Behind The Scenes
On Animation
November 19, 2018

Here’s How Animation Makes Your Mobile Apps Better

So you wanna’ jump on that mobile app bandwagon. Maybe you want to expand your brand image, or you have a cool new idea for a mobile-based service. Whatever your intentions are with developing an app, the one thing that’s absolutely vital to understand is your user experience design. Yeah, it can feel a little pretentious to start whipping around terms like ‘UX Design’, but the crux of the idea is to create an overall beneficial experience for anyone using your app.

This leads us to the question: what design choices make an app more intuitively useful? And how can we best take advantage of existing animation techniques to give the best user value? Today we’re looking at five ways animation is commonly used in mobile apps to enhance user experience.

1) visual feedback

There is a saying that goes along the lines of: “Good design stands out. Great design is invisible.” This is no truer than in the case of creating a smooth user experience for mobile applications. How often have you really considered the fact that your favourite app has a button that momentarily lights up when you tap on it? Or that your favourite email client has an icon that swirls around when refreshing the list? Or that most swiping actions actually cause the screen to ‘slide’ with your finger movement instead of simply snapping to the next page?

These are the kinds of animations and design features that prevent change blindness in the user, which in turn helps foster an overall more comforting user experience. The comfort comes from the sense of control we feel from knowing and understanding the process we’re engaged in. For example, seeing that button light up when we tap on it assures us it’s been hit in the right spot. Whereas if we hit a button and nothing happens for a few seconds… is it broken? Did I miss the button with my finger? Or is the app just loading? Visual feedback helps give our brains a more seamless understanding of what action needs to be taken.

2) highlighting new or important features

Change blindness and aversion not only occurs in inexperienced users but also in long-time users, who become so used to an app’s functions they may be blind and/or resistant to product updates. To help curb this phenomenon, animated highlights can call attention to new features and where they’re located in a one-time animation that plays upon startup of the new version. These visual highlights are often minimalist motion graphics: for example, a coloured circle spotlight that centres in on a new button while transparently greying out other features, or a moving arrow that points to a new feature that would otherwise be hidden within a menu. The motion of the animation immediately draws the eye to the new feature’s location, eliminating the need to spend time explaining where the feature is.

3) visual branding

Many apps feature an animated logo which plays upon startup. Interestingly this can serve more than one function. Firstly, in some cases, a splash screen can help provide an interesting visual while the application is loading in the background. If an app is consistently taking a few seconds to boot up while in development, it’s worthwhile considering what visual cues can be added to help keep the user’s attention in the interim.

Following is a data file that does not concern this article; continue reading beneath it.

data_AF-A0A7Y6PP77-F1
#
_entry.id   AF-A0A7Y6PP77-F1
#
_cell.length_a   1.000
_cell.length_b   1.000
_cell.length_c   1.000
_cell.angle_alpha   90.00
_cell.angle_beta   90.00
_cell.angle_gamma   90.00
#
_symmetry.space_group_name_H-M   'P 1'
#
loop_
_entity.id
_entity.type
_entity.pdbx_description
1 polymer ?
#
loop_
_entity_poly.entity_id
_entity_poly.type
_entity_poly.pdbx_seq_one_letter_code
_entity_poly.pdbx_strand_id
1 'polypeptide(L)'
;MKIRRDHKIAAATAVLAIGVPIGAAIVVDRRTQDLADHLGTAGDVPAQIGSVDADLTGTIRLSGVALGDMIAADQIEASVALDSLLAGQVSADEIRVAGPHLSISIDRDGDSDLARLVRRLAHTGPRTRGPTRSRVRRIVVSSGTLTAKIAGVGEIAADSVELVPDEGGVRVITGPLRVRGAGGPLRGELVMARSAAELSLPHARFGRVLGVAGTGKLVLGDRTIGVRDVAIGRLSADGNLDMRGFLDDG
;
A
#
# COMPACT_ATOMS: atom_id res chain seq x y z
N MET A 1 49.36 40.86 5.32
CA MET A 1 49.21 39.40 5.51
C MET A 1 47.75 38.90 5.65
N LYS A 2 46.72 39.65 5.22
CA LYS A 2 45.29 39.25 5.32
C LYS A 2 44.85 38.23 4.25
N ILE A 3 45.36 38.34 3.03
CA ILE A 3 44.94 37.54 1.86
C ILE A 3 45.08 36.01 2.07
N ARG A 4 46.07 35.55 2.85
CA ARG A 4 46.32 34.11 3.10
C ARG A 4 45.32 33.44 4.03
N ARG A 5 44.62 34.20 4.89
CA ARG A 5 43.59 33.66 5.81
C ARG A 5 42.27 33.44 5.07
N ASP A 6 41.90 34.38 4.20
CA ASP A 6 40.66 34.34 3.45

Secondly, animated logos which play on startup serve an important function in brand recognition. A very short animated logo is non-intrusive to the user but leaves a memory imprint when viewed on multiple occasions. A small (un-obnoxious) amount of animation gets the viewer’s attention while a quiet (again, make sure it’s not obnoxious) sound effect helps associate an aural memory with the use of the app. Exercise app maker ‘Fitness 22’ has a great example of an effective animated app logo as seen in their major suite of apps like 5K Run Trainer, 10K Runner, 100 Pushups, and 200 Situps. Simple white and green italicised text reading ‘Fitness 22’ wipes onto a dark grey screen along with three green animated ‘speed lines’. A quick and pleasantly shimmering ‘whoosh’ sound effect accompanies each animation. It’s light, streamlined, and evokes the feeling of speed and athleticism, perfect for a suite of fitness apps.

4) instruction / tutorials

Gone are the days of the software instruction manual. Bye bye, downloading a 500-page PDF of 10pt instruction text. These days many apps (and even some hardware) are taking advantage of motion graphic’s greatest strength: clarity. The idea is that clean, simple visuals greet brand new users and guide them through the basics of how to use the app, often with nothing more than a few swipes.

For an example, check out our last month’s article How Animation Is Used In Education, where we took a look at how the meditation app Headspace uses swipeable intro screens and animated videos to ease newbies into the concept of meditating.

5) game animation

Sometimes animation appears in apps as a seamless tool, but other times it’s the main star of the entertainment. Mobile games are almost 100% comprised of animated visuals – largely 2D digital cutouts and motion graphics – and the functions the animation serves within each game is countless. But even from a purely aesthetic standpoint, the style of animation can become a selling point itself.

Console-turned-mobile game Limbo uses black and white silhouettes against layered, blurred backgrounds to evoke an incredibly eerie yet beautiful design which is instantly recognisable with the game. In this way, animation choices for games like Limbo are made not just for practical reasons but also as a unique visual branding tool.

game animation
social media
Written by
Maree Railton

Start a

hand icon

with us

We’d love to chat. we don’t bite. well… dave bites, sometimes.